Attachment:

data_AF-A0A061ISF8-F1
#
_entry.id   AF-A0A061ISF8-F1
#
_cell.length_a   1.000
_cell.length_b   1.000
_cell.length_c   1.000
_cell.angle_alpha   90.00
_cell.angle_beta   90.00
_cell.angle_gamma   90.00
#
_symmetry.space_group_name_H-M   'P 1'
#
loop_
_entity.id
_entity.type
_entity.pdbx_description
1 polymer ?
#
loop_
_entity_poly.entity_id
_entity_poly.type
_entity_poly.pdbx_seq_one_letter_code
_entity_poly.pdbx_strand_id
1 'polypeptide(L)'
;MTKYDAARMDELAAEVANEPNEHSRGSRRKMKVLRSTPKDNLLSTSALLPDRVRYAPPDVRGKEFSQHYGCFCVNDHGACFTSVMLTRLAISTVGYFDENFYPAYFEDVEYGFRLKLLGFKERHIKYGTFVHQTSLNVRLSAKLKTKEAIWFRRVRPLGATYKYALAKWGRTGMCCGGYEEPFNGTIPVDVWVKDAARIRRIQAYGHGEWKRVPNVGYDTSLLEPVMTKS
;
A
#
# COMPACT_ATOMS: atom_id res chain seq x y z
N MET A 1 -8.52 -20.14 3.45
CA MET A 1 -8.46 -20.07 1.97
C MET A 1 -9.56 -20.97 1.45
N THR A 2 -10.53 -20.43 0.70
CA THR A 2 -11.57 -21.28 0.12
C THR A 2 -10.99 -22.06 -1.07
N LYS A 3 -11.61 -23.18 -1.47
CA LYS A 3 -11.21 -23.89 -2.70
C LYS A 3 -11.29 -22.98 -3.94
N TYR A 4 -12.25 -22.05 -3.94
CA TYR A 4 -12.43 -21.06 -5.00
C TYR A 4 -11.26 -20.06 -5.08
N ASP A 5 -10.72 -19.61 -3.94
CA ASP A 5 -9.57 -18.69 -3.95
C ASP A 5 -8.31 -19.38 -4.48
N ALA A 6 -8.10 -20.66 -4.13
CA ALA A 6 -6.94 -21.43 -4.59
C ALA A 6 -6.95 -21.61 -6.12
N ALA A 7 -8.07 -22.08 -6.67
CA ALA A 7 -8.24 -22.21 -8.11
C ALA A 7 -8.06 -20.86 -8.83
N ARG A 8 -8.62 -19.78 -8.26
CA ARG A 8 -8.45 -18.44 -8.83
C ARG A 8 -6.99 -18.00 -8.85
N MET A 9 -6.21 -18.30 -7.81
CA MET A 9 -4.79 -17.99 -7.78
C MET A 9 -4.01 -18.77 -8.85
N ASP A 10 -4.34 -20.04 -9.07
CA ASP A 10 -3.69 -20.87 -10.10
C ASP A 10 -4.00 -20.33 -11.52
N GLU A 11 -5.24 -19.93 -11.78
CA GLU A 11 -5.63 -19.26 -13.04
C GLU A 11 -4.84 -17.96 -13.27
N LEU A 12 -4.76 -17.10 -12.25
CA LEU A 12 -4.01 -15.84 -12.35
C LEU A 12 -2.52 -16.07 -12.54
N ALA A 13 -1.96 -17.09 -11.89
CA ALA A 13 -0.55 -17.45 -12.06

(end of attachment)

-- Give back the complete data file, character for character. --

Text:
data_AF-A0A061ISF8-F1
#
_entry.id   AF-A0A061ISF8-F1
#
_cell.length_a   1.000
_cell.length_b   1.000
_cell.length_c   1.000
_cell.angle_alpha   90.00
_cell.angle_beta   90.00
_cell.angle_gamma   90.00
#
_symmetry.space_group_name_H-M   'P 1'
#
loop_
_entity.id
_entity.type
_entity.pdbx_description
1 polymer ?
#
loop_
_entity_poly.entity_id
_entity_poly.type
_entity_poly.pdbx_seq_one_letter_code
_entity_poly.pdbx_strand_id
1 'polypeptide(L)'
;MTKYDAARMDELAAEVANEPNEHSRGSRRKMKVLRSTPKDNLLSTSALLPDRVRYAPPDVRGKEFSQHYGCFCVNDHGACFTSVMLTRLAISTVGYFDENFYPAYFEDVEYGFRLKLLGFKERHIKYGTFVHQTSLNVRLSAKLKTKEAIWFRRVRPLGATYKYALAKWGRTGMCCGGYEEPFNGTIPVDVWVKDAARIRRIQAYGHGEWKRVPNVGYDTSLLEPVMTKS
;
A
#
# COMPACT_ATOMS: atom_id res chain seq x y z
N MET A 1 -8.52 -20.14 3.45
CA MET A 1 -8.46 -20.07 1.97
C MET A 1 -9.56 -20.97 1.45
N THR A 2 -10.53 -20.43 0.70
CA THR A 2 -11.57 -21.28 0.12
C THR A 2 -10.99 -22.06 -1.07
N LYS A 3 -11.61 -23.18 -1.47
CA LYS A 3 -11.21 -23.89 -2.70
C LYS A 3 -11.29 -22.98 -3.94
N TYR A 4 -12.25 -22.05 -3.94
CA TYR A 4 -12.43 -21.06 -5.00
C TYR A 4 -11.26 -20.06 -5.08
N ASP A 5 -10.72 -19.61 -3.94
CA ASP A 5 -9.57 -18.69 -3.95
C ASP A 5 -8.31 -19.38 -4.48
N ALA A 6 -8.10 -20.66 -4.13
CA ALA A 6 -6.94 -21.43 -4.59
C ALA A 6 -6.95 -21.61 -6.12
N ALA A 7 -8.07 -22.08 -6.67
CA ALA A 7 -8.24 -22.21 -8.11
C ALA A 7 -8.06 -20.86 -8.83
N ARG A 8 -8.62 -19.78 -8.26
CA ARG A 8 -8.45 -18.44 -8.83
C ARG A 8 -6.99 -18.00 -8.85
N MET A 9 -6.21 -18.30 -7.81
CA MET A 9 -4.79 -17.99 -7.78
C MET A 9 -4.01 -18.77 -8.85
N ASP A 10 -4.34 -20.04 -9.07
CA ASP A 10 -3.69 -20.87 -10.10
C ASP A 10 -4.00 -20.33 -11.52
N GLU A 11 -5.24 -19.93 -11.78
CA GLU A 11 -5.63 -19.26 -13.04
C GLU A 11 -4.84 -17.96 -13.27
N LEU A 12 -4.76 -17.10 -12.25
CA LEU A 12 -4.01 -15.84 -12.35
C LEU A 12 -2.52 -16.07 -12.54
N ALA A 13 -1.96 -17.09 -11.89
CA ALA A 13 -0.55 -17.45 -12.06